When the Rays selected him in the 11th round of the 2011 MLB Draft, Cameron Seitzer didn’t stand out at all. He was the third first baseman that the Rays had selected in that draft and was coming off a poor junior season at the University of Oklahoma, hitting .358 but slamming just four home runs after hitting 16 the year before. His father was Kevin Seitzer, the 1987 Rookie of the Year runner-up for the Kansas City Royals who hit .295 in his 12-year career as a big league third baseman, but Seitzer lacked his father’s athleticism and his bloodlines could only get him so far. But down in the 11th round of the draft, Seitzer had enough ability to be worth a look. And since signing, Seitzer has done nothing but impress.
Seitzer made his pro debut at Rookie-level Princeton in 2011 and his power returned as he managed a .285/.407/.498 line with 14 doubles, 11 homers, and a 46-43 strikeout to walk ratio in 64 games and 268 plate appearances. However, he was playing against younger competition and still had much to prove. But the Rays did have enough confidence in him to move him up two levels to Low-A Bowling Green the following season and he has another nice year, albeit without any power once again. He managed a .307/.386/.429 line with 36 doubles, 4 homers, 54 RBI, and an 83-55 strikeout to walk ratio in 488 plate appearances. He played well and was at the right age for his league, but we still couldn’t be sold on him because he showed just so little power for a first baseman. But then the Rays decided to do something very interesting this spring training: they skipped Seitzer over the High-A level and made him Double-A Montgomery’s starting first baseman. Why did they do that? Partially for Seitzer’s merits, but it may have been more because they had an organizational gap and needed someone to fill it. Bowling Green had two first base prospects in 2012, Seitzer and Jeff Malm, and the Rays decided to give the more highly-touted Malm more time to develop while rushing Seitzer and just hoping for the best. But whatever the motivation behind sending Seitzer up to Double-A, the move was worked out perfectly for everyone involved.
To begin 2013, all Seitzer has done is basically keep his 2012 numbers at Low-A going. He has managed a nearly-identical .304/.396/.430 line with 8 doubles, a triple, 10 RBI, and an 11-10 strikeout to walk ratio in 21 games and 91 plate appearances. And while those numbers didn’t attract much attention in the lower minors, Seitzer doing that at Double-A as a player a year younger than the league average is a reason for the Rays to begin getting excited about Seitzer. He may not be a superstar or anything along those lines, but he is a real prospect and it will be interesting to see what he can do the rest of this year.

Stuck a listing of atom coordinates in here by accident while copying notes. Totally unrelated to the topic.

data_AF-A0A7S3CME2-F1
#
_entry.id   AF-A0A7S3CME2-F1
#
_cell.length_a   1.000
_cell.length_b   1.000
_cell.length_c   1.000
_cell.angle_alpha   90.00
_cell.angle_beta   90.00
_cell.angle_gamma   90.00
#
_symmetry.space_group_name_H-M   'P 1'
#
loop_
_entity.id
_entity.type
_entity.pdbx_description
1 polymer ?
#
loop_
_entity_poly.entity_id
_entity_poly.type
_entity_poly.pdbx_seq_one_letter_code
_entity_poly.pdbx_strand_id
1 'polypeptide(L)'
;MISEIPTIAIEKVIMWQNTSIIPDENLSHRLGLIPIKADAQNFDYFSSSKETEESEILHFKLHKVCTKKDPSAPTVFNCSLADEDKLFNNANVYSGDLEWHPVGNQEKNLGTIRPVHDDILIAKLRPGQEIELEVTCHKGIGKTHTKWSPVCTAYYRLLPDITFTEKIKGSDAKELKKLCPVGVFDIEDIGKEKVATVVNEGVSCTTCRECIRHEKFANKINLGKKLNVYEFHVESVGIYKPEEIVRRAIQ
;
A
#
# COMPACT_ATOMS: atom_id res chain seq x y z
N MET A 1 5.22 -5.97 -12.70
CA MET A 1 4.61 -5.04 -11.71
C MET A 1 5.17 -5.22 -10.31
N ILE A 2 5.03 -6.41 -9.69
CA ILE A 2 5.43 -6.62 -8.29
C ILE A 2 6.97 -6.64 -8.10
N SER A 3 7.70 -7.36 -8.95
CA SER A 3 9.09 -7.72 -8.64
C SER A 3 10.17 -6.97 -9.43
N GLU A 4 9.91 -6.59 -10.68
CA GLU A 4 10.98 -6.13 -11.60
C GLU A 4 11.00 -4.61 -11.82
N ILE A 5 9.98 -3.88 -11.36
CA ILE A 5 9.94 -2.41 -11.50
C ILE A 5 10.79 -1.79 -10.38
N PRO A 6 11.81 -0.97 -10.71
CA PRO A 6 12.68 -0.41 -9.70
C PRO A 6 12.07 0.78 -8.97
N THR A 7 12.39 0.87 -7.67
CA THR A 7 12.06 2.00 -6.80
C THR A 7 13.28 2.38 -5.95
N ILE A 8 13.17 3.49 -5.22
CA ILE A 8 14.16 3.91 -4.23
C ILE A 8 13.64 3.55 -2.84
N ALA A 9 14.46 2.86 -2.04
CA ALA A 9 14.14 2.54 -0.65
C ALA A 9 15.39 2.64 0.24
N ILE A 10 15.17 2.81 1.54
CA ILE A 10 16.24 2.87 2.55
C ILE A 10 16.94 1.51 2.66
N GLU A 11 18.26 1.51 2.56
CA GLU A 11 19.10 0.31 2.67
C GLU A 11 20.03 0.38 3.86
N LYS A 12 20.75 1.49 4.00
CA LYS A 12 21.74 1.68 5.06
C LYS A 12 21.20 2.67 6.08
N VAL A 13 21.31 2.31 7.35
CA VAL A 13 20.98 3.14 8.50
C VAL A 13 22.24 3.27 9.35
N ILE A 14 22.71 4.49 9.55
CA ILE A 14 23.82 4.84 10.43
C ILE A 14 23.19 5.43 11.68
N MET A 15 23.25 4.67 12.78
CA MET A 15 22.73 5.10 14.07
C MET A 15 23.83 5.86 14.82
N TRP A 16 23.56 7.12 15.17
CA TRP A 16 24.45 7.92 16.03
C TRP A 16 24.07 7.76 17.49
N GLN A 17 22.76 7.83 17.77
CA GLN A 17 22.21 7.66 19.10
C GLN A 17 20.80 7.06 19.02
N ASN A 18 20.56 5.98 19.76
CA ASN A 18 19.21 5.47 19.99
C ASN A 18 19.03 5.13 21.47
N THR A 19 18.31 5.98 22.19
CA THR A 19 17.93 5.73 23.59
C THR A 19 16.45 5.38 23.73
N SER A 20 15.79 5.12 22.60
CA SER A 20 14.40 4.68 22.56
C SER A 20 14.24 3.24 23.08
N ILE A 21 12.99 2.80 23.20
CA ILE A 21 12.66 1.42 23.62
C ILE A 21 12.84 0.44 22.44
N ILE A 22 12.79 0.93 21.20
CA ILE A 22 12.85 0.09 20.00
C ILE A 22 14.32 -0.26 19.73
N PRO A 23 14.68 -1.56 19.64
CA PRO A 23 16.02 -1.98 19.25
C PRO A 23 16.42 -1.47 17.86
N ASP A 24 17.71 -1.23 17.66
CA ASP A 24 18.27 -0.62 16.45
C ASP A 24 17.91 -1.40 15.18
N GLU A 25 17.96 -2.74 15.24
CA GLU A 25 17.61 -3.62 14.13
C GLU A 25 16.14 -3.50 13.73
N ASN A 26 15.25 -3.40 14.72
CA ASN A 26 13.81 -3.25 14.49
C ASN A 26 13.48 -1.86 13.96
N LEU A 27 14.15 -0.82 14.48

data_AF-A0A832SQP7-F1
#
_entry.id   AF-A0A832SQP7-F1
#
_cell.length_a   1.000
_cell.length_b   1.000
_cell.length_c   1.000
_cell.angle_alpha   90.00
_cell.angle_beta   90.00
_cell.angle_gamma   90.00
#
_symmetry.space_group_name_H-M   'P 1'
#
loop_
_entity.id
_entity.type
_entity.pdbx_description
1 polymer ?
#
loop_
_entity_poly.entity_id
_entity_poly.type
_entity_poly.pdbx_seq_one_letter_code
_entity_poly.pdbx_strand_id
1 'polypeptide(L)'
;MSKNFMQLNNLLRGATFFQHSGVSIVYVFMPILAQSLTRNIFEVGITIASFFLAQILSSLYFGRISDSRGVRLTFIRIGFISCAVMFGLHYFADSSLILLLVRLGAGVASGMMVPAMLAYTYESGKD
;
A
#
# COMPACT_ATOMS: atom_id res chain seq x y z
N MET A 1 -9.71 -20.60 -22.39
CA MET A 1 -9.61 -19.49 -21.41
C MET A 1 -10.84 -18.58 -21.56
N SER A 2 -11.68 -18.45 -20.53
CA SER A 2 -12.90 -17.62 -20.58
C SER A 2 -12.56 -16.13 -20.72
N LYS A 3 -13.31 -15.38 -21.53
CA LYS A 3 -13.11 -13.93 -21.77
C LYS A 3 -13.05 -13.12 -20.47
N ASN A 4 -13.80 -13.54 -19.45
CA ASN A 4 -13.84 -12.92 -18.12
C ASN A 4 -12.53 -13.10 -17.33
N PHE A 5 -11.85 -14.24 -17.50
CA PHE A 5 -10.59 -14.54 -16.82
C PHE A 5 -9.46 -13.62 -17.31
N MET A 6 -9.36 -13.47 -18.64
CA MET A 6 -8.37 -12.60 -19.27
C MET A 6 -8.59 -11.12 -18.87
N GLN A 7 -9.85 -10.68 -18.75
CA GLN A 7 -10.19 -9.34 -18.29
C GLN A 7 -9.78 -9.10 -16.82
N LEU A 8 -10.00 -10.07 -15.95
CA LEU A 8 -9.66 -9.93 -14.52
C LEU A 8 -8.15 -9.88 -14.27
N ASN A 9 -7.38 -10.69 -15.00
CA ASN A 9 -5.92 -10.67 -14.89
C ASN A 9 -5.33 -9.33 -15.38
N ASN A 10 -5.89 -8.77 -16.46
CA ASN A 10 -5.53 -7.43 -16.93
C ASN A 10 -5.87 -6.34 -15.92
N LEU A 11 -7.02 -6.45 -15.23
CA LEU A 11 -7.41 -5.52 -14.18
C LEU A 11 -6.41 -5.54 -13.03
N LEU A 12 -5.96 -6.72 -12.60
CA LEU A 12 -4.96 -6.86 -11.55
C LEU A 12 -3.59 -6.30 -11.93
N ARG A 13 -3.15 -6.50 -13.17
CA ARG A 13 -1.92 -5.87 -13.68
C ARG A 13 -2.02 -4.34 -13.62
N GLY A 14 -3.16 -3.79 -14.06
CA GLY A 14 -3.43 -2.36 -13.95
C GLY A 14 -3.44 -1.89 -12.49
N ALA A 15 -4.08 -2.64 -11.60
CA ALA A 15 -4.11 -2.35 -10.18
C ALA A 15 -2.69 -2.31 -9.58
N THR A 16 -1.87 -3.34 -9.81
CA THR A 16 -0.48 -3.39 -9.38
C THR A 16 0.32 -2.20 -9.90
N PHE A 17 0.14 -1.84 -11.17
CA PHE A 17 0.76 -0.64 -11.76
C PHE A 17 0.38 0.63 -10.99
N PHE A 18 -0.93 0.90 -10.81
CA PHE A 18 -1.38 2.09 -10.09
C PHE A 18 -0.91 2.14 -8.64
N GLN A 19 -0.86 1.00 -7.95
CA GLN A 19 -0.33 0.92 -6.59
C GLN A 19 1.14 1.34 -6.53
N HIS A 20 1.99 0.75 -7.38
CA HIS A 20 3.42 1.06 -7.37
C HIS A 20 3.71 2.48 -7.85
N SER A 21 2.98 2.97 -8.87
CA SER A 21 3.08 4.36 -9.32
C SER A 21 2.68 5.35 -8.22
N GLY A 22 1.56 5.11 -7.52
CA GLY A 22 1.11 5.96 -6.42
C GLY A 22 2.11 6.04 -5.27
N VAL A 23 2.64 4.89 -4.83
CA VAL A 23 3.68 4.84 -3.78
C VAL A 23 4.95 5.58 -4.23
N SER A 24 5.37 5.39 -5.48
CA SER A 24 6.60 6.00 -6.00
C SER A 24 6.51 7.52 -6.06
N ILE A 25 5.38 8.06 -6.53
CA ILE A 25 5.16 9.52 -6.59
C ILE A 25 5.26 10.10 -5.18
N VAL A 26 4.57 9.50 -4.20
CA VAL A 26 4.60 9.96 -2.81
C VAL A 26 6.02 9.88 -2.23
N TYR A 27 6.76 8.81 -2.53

Seitzer, 6’5″ and 220 pounds, is a lefty-hitting first baseman who stands out most for his bat speed and plate discipline. Seitzer has not flashed consistent home run power so far as pro, but he shows a quick stroke with the ability to hit the ball hard all over the field. He bat speed is complemented by excellent patience and pitch recognition as he does a great job working deep counts and finding pitches he can handle. So far in his career, Seitzer has been the rare lefty who has hit lefties better than righties in his career, managing a .331/.462/.476 line in 159 plate appearances compared to a .293/.378/.445 line in 688 PA’s against righties, but that mark against righties isn’t too shabby either. One area in which Seitzer can improve and maybe find some more power is to be a little more aggressive when he sees a pitch to hit early in the count. It’s great that he has such great patience, but he gets into trouble because he tries too hard to work deep counts, letting too many hittable pitches go by and doing a lot of his hitting when he shortens his stroke with two strikes. Seitzer has the bat speed to hit for power if he can adjust his approach at least slightly, and if Seitzer keeps hitting like this in the minors, you have to think that the Rays will work with him to try to do that. Seitzer also needs more work on his defense at first base, but he should be fine moving forward. Seitzer is far from a prototypical first base prospect given his lack of power, but he still has the all-around ability to be a big leaguer and maybe even a good one if just serviceable power comes along.
At this point, it looks like Seitzer’s upside is a James Loney-type who does a much better job hitting lefties or a first base version of his dad with a little more power. The elder Seitzer managed a .295/.375/.404 line with 32 doubles and more strikeouts than walks per full season but only 8 home runs, and his son has a chance to be that same type of player. Seitzer just keeps on hitting and the questions will be whether this can continue and whether his bat speed and outstanding approach at the plate well even translate into the 15-20 home runs he needs to be a starting big league first baseman. Cameron Seitzer’s future is still up in the air and no one is going to consider him one of the Rays’ top prospects. At the same time, though, the more Seitzer has kept this going, the more attention he has attracted, and before we know it, he could end up as the Rays’ first baseman of the present and maybe even the future.